Also, it’s still unknown whether two distinct Markov triples can have the same maximum . Looks like a fun problem for amateur number theorists.
To wrap this up, I will describe how Markov (the one of Markov chains fame, not his identically-named son of 4-manifold undecidability fame) came across the equation. Let be a quadratic form with real coefficients normalized by . What is the best upper bound on
In 1873 Korkin and Zolotarev published a paper showing that the best bound is , attained by the form . Looks like the case is closed. But what if is not (precisely, not equivalent to under the action of )? Then the best bound improves to , attained by (this is also due to KZ). Well, what if is not equivalent to either or ? Then the bound improves to (found by Markov), and we could go on…
But rather than continue in this fashion, Markov looked for the threshold at which the number of inequivalent forms with minimum becomes infinite. And he found it: (for comparison, ). Specifically, there are only finitely many forms with minimum above , for every . But there are infinitely many forms with minimum exactly , such as . It was the iterative process of getting more and more of these forms that led Markov to the Diophantine equation .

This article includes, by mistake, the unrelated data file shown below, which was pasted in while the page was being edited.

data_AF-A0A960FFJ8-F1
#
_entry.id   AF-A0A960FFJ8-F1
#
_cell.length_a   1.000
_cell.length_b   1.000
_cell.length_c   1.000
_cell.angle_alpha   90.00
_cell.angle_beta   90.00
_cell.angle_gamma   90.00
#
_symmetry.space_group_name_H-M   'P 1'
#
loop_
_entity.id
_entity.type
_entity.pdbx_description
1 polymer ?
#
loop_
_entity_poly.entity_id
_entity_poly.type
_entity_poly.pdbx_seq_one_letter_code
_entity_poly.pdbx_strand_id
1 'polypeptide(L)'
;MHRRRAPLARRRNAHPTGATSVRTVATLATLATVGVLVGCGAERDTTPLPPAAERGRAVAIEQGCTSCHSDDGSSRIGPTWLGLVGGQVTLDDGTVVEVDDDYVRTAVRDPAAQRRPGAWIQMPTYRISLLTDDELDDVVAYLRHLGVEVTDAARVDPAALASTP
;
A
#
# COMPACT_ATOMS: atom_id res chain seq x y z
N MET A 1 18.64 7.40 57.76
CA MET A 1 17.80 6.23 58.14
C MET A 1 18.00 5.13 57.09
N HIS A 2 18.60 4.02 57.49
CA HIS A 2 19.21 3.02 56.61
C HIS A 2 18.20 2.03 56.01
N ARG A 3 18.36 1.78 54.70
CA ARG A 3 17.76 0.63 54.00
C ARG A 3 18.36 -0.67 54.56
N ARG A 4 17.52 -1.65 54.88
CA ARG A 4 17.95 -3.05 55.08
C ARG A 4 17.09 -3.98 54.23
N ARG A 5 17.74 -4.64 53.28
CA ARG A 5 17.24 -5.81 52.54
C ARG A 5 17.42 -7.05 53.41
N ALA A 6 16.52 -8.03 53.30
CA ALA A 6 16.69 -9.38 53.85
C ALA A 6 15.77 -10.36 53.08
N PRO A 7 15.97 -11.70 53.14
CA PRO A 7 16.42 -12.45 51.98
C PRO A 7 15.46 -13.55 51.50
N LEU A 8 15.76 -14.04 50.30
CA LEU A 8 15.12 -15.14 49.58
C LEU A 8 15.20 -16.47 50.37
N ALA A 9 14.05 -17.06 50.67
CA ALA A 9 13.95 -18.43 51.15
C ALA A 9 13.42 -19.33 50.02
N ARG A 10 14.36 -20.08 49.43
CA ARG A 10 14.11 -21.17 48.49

The number and its square also appear in Zagier’s identity with … But enough numerology for today.
Let’s admit it: it’s hard to keep track of signs when multiplying numbers. Being lazy people, mathematicians seek ways to avoid this chore. One popular way is to work in the enchanted world of , where . I’ll describe another way, which is to redefine multiplication by letting the factors reach a consensus on what the sign of their product should be.
If both and are positive, let their product be positive. And if they are both negative, the product should also be negative. Finally, if the factors can’t agree on which sign they like, they compromise at 0.
In a formula, this operation can be written as , but who wants to see that kind of formulas? Just try using it to check that the operation is associative (which it is).
But I hear someone complaining that is just an arbitrary operation that does not make any sense. So I’ll reformulate it. Represent real numbers by ordered pairs , for example becomes and becomes . Define multiplication component-wise. Better now? You don’t have to keep track of minus signs because there aren’t any.
This comes in handy when multiplying the adjancency matrices of quivers. The Wikipedia article on Quiver illustrates the concept with this picture:
But in mathematics, a quiver is a directed graph such as this one:
Recall that the adjancency matrix of a graph on vertices has if there is an edge between and , and otherwise. For a directed graph we modify this definition by letting if the arrow goes from to , and if it goes in the opposite direction. So, for the quiver shown above we get